As you pass from George Street via Hay Street into the centre of Chinatown you would be forgiven for wondering why an old dead tree trunk has been left to obstruct your passage across a small traffic island at the intersection with Sussex Street.
While it is, indeed, an old dead tree truck, a yellow-box eucalyptus one to be precise, it is no ordinary tree truck. Look up. Yes, it is partly covered in 23-carat gold leaf.
This is a 1999 sculpture by Chinese born artist Lin Li and a gift from the City of Sydney to the Chinese Community. It is also the symbolic entry point to the village of Chinatown and replaces the traditional wooden pagoda more regularly seen at village entrances in China.
The sculpture, entitled Golden Water Mouth, stands 10.7m high and incorporates a mix of Feng Shui principles and Australian native material with the latter representing the Shui Kou or five natural elements. Thus you can see wood (the tree), metal (gold which also provides a link to early Chinese settlers in Australian gold fields), fire (scorched tree – very familiar to Australians via bushfires), earth (tree ‘grows’ from the earth/ terracotta below) and water (which cascades from the top of the tree down).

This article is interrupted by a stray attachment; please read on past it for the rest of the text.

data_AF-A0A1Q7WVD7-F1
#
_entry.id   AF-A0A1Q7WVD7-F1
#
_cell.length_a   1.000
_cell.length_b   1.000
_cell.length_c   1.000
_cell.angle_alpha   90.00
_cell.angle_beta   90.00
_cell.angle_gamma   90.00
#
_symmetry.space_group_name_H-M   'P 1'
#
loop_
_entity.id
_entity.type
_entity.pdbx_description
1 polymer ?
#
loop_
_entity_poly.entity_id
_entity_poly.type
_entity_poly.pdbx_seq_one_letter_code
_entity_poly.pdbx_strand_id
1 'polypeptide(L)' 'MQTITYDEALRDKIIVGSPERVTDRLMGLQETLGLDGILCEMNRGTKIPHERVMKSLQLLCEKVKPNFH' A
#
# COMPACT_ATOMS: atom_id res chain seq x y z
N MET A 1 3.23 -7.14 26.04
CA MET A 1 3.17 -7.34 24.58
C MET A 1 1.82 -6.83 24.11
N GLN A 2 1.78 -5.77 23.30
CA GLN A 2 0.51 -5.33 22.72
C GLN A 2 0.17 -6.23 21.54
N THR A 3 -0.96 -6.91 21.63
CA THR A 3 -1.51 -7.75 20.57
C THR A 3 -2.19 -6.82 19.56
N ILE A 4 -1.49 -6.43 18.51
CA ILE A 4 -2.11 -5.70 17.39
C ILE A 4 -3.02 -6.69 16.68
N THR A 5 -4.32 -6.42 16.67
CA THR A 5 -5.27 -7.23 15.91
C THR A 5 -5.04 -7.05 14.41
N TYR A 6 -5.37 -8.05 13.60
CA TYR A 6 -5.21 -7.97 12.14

In addition to encouraging harmony and serenity in this bustling location the sculpture is said to exude positive energy and bring good fortune for the Chinese Community.
On perhaps a more practical level for most people the tree is often used as an easy to locate meeting point for people getting together for dinner or whatever.
I am not sure what passing dogs think of it!
Address: Intersection of Hay and Sussex Street, Haymarket